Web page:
Jim Driscoll, Mark Ruebling, Jenny Winn, Sara Nicole Wegener, Matt Walsh, Doug Kutzli, and Tom Vaccaro in Dick Tracy: A Live Radio Play

Once again, and hopefully for good, theatre is back in the Quad Cities, and the Black Box Theatre is dipping its toe into the world of live performances with Dick Tracy: A Live Radio Play. Director Lora Adams started Saturday's performance by describing it as a helping of Chinese Food Theatre: We would be full when we left, but hungry for more theatre soon. While this metaphor made me chuckle, I soon realized just how true it was. This charming foray back into theatre definitely left me eager for more.

The plot here nearly doesn’t matter, but it’s like this: The world’s most famous detective, Dick Tracy, is off to enjoy a night at the circus when a murder occurs. What follows is Dick Tracy unraveling the mystery as to who done it. In this fairly brief story, it's likely most audience members will figure out the answer pretty quickly. But what's important is that for this production, the fun isn't so much contained in the mystery or the plot, but what isn't said.

A radio play could be done without much fanfare, but Adams isn't satisfied to simply have her cast stand in front of a microphone and talk. Sure, she designed a set that is reminiscent of a radio studio, complete with microphones, chairs, and other accouterments. (Sara Nicole Wegener and Tom Vaccaro added some lovely chalk drawings to the wall that enhanced the mood splendidly.) Yet while the theatre looks like a radio studio and feels like a radio studio, Adams, happily, isn't content to have her actors' talents be recognized only through dialogue.

What vintage radio program is without a hero? Jim Driscoll was the ever-popular Dick Tracy, and I enjoyed his performance as the famed detective. However, surprisingly, the character actually did little to nothing to solve the show's mystery. His love interest Tess, here portrayed by the outstanding Jenny Winn, had all the proof, and Tracy didn’t seem to figure it out before things went south. But you know what? Driscoll is a treat to watch regardless, so while I would have loved for his character to do more, them's the breaks.

Driscoll's fellow actors bring personae to the stage that are completely separate from the characters they vocalize with their scripts in hand. But the true standout here is Wegener. It’s astounding how completely disinterested she appeared to be in the goings-on around her. From the moment she walked on stage, Wegener exuded an air of total and complete “whatever,” and I have never before seen someone scream while appearing bored... and for the record, it was hilarious. And then she did it again, and yep, still funny. Wegener was a complete delight, but not the only treasure this Dick Tracy had to offer.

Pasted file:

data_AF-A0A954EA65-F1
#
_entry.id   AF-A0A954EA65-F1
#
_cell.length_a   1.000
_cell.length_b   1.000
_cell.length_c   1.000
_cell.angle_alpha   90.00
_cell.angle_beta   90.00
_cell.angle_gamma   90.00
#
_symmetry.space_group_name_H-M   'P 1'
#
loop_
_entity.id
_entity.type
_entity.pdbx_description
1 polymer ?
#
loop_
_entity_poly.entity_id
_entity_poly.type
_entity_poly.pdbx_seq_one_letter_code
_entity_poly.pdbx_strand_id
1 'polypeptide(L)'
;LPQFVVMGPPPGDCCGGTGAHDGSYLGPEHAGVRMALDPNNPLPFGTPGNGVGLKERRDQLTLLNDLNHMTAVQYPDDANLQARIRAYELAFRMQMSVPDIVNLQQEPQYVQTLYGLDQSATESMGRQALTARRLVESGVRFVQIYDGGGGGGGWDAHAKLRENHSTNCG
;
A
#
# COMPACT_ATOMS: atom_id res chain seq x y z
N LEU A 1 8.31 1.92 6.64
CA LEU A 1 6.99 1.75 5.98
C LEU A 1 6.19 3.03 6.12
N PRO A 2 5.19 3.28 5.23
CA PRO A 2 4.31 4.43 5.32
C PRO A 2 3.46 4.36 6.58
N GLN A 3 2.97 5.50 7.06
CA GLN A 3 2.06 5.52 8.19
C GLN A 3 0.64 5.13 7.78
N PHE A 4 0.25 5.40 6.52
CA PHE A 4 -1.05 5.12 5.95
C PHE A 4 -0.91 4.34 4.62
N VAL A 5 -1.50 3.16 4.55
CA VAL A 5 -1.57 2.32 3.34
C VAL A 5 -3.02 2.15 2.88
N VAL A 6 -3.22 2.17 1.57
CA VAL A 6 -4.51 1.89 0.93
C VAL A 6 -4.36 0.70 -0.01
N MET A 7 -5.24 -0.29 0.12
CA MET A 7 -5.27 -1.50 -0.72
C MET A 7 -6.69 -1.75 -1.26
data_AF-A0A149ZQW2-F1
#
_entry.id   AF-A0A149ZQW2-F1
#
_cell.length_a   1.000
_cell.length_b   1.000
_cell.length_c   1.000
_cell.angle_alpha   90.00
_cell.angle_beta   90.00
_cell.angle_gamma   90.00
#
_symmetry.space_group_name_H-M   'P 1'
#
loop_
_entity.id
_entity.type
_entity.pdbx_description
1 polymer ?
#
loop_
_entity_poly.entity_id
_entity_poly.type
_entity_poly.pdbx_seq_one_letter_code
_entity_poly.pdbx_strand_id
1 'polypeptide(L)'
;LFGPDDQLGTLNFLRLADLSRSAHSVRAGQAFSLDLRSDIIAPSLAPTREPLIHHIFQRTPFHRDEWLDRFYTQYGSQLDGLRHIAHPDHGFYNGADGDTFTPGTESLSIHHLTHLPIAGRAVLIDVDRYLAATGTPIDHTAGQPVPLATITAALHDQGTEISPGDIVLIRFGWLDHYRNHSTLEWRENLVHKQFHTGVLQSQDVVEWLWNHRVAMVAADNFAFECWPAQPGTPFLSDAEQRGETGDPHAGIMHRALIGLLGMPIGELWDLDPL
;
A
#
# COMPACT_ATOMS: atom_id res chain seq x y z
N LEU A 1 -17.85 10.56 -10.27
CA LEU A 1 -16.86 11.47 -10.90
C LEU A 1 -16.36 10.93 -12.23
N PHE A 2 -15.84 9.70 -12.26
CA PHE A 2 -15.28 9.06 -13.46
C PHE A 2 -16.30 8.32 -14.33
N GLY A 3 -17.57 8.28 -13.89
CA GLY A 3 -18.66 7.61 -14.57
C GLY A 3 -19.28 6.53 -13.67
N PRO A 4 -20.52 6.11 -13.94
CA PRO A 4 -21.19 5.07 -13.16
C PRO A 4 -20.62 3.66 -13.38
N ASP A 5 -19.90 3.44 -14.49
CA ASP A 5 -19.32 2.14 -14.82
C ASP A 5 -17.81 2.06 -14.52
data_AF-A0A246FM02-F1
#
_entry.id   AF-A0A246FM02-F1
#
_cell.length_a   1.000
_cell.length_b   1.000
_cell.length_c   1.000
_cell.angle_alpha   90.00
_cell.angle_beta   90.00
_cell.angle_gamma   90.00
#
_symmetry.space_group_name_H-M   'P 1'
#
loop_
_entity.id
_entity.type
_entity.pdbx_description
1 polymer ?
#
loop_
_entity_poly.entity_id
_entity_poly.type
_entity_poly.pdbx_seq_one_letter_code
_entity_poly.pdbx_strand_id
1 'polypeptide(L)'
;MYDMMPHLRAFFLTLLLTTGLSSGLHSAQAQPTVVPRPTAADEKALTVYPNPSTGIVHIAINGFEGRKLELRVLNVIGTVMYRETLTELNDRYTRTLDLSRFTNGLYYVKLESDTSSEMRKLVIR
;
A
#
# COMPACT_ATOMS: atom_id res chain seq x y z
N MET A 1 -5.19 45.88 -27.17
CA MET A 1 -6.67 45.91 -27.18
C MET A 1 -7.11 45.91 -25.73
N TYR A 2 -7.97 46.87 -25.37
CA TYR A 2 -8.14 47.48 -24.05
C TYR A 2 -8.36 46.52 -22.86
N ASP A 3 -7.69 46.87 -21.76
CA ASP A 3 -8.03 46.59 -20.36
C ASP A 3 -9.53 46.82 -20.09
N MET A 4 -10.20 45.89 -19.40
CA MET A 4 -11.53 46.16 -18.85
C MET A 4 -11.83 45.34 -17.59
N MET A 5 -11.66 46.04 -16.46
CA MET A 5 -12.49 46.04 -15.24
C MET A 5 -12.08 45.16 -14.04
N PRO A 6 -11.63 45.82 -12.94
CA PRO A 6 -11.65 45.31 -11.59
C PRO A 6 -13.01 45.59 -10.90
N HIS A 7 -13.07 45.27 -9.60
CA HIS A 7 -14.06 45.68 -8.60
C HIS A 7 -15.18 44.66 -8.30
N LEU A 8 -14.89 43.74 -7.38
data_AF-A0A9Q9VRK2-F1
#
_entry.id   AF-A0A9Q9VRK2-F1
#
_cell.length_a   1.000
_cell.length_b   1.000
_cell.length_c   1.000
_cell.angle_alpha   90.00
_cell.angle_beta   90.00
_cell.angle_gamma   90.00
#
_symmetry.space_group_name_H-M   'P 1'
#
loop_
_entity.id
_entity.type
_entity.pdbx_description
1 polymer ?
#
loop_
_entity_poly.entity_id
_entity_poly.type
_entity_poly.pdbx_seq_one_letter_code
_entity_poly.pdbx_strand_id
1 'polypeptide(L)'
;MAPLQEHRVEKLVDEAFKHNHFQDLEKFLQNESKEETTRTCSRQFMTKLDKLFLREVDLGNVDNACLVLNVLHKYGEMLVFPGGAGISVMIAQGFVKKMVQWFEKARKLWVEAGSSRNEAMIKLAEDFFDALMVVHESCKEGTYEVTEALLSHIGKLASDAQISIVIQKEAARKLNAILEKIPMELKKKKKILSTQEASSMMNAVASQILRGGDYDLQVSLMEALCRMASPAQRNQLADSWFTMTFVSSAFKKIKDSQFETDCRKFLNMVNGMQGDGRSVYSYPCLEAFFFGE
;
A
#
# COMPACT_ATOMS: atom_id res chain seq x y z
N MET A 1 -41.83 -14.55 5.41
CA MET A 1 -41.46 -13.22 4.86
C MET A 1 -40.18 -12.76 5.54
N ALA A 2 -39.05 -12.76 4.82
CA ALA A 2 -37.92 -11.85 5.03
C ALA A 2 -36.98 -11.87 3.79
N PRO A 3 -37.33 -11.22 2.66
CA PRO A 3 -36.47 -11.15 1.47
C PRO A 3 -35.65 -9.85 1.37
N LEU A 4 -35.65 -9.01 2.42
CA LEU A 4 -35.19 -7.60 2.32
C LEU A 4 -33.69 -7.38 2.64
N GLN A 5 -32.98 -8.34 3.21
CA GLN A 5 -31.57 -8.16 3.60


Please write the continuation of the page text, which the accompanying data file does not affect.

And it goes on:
Matt Walsh, Mark Ruebling, Jenny Winn, Sara Nicole Wegener, Tom Vaccaro, and Doug Kutzli in Dick Tracy: A Live Radio Play

Matt Walsh, for instance, was especially enjoyable for the employment of a red sticker on his face shield when he switched from his announcer character to Duckfoot the circus clown. This small detail amplified the humor, and while there was little confusion as to which character Walsh was portraying thanks to the pronounced vocal variety between Duckfoot and the Announcer, the sticker nose was a charming visual. If we have to use face shields for safety's sake, they may as well be utilized in a creative way, right?

Other pleasing nonverbal moments included Mark Ruebling mockingly mouthing “I’m a princess” during one of the commercial breaks. With only Walsh's enthusiastic announcer seeming to appreciate the jingles, the rest of the on-stage talent was beyond pleasantries, and portrayed outward annoyance as the commercials rolled, adding an extra layer of interest to the performance. (For what it's worth, I found the addition of throwback commercials throughout the show delightful, and because I love a good gimmick, appreciate that I left the theatre with a little treat in hand courtesy of the evening's “sponsors.”)

Adams' production walked a fine line between classic and modern, and although a few moments (especially regarding David Miller's sound design) were definitely not-period, they were wonderfully received. The costumes, meanwhile, were delightfully throwback, making the whole affair seem classy. Doug Kutzili, as Vitamin, was dressed nearly over-the-top in a tuxedo that nevertheless lent beautifully to the air of nostalgia and added to his distinguished personality.

Because no radio show is complete without a Foley Guy to offer up sound effects, this production featured one played by Vaccaro. (Lest you forget his title, his face shield is clearly marked in uppercase letters.) And don't fear: If you've seen other radio-play productions at the Black Box, there's a whole new pile of random objects here to create the necessary noises for Vaccaro to play around with.

The humor Adams manages to interject into Dick Tracy: The Live Radio Play was topnotch. My favorite moment was when four signs were held up in a perfectly timed message to the audience. (I laughed out loud and am still chuckling just thinking about it.) If you’re looking for a wondrously funny and easy way back into a theatre seat, this show’s for you.


Dick Tracy: A Live Radio Play runs at the Black Box Theatre (1623 Fifth Avenue, Moline IL) through March 20, and more information and tickets are available by calling (563)284-2350 or visiting TheBlackBoxTheatre.com.

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